At a recent builders and construction product convention, contractors were asked the number one business problem they faced. Seventy-percent said, “Lack of roughers and carpenters.” Skilled workers are hard to find. A “rougher” roughs in a house—frames it.

A man, whose home was manufactured in New Hampshire, then put on pallets and shipped on semis from New Hampshire to the Indiana home site was told by the homebuilder, “The wood we use in the pallets is better than most builders use in their homes. You’ll want to salvage as much of it as you can. Don’t let the framers burn it up.”

We went to a funeral over the weekend. The deceased was one of my oldest friends. I saw other friends I haven’t seen for decades and people who were part of our family 35-40 years ago. We drove through the city of my birth and nearly got lost in neighborhoods that once were my “stompin grounds.”


I searched people’s faces for a clue—a glimpse in their eyes or a mannerism that would indicate I once knew them. And answered the question, “Did you used to be Dean Benton?”

This is the second time in four months that I’ve made this trip into my past lives. Frankly, it has left me trying to sort through thoughts and feelings I can’t totally name or identify.

I heard so many stories! Had I heard them when they were fresh, I would have done something. Of course, some of them were none of my business, but some could have been. Question is, would my involvement made it better or worse? But, I grieve over the pain those people endured. Much of my vision and mission is to bring healing and new purpose to those whose scars are still red.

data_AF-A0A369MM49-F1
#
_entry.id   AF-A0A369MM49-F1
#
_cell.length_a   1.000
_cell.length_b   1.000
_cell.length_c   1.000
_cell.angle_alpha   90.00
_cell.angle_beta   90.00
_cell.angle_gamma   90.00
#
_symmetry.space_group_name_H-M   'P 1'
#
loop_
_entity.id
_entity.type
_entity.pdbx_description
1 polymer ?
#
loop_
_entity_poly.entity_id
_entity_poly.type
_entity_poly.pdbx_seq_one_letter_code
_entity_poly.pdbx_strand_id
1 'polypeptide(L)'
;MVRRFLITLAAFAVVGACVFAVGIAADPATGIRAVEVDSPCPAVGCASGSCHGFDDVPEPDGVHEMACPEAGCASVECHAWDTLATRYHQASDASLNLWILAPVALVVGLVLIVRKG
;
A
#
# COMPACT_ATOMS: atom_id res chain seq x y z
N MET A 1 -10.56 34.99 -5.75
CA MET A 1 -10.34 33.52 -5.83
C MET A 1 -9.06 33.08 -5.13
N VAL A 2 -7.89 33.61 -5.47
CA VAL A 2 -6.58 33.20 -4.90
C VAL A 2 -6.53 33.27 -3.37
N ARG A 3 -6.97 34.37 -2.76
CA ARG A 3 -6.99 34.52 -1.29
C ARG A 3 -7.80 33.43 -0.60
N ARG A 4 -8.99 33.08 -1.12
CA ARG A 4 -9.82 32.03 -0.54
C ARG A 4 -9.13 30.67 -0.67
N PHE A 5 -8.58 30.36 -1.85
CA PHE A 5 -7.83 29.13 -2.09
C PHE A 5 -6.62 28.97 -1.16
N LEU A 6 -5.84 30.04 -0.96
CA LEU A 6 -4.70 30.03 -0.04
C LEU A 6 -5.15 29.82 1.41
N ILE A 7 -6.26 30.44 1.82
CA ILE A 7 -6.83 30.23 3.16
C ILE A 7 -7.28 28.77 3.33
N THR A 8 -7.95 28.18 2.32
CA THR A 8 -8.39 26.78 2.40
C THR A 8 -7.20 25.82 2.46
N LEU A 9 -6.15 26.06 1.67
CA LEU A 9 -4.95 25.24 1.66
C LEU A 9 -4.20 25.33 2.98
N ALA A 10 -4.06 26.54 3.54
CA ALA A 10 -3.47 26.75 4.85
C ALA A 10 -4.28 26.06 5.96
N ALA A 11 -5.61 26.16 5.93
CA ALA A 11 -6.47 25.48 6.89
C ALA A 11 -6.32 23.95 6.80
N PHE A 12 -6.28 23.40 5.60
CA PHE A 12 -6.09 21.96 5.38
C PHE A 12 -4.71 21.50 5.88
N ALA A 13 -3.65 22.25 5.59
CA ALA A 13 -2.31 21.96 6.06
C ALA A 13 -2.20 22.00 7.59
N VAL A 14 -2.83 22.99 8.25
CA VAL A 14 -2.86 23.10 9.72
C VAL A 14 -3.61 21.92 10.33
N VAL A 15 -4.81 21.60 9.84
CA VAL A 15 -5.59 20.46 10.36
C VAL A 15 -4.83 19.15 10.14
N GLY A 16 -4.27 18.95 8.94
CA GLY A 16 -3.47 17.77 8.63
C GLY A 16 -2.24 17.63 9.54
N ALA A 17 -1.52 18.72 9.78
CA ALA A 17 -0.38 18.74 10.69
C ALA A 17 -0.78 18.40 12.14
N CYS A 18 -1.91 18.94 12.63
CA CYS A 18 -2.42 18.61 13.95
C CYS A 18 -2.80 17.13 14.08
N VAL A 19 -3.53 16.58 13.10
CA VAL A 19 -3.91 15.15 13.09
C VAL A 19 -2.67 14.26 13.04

Thus far in my processing: the need for roughers and skilled carpenters. A “rougher” frames the building. Their responsibility is not finishing touches or staging. They make sure things are square, straight and will withstand time and usage. They also make sure the finish work will have a solid foundation.
Driving around my home city, landmarks screamed memories at me. Places I didn’t fit. Places I wanted to fit, but couldn’t. Having more roughers might have helped—skilled people who could square things or put a level on weight bearing walls.

A crowd is an opportunity for me to gawk at people. One of the sights was a three-generation family. They were touching each other—arms hooked together and especially the dad’s hand planted protectively and oozing affection—“you are mine and I’m glad” kind of grip.

My latest ebook Depot will be launched within the next two weeks. It is a novel about heritage, destiny and legacy—acts of roughing. The editor says it is a “good book” and added, “good stuff!” Among the important scenes is when Gil and Amanda Adams furnish a house.

We are slightly addicted to HGTV where we watch walls torn down and houses found to be needing repair are renovated. We have a friend who “stages” houses. She wants to do it full time. She knows what to do to “present” a house. Curb appeal from the front door. Thank God there are people in our lives who add to, repair and upgrade.

Needed: Roughers, carpenters, stagers.

©2016 D. Dean Benton—writer & wonderer

Twitter: @DeanBenton

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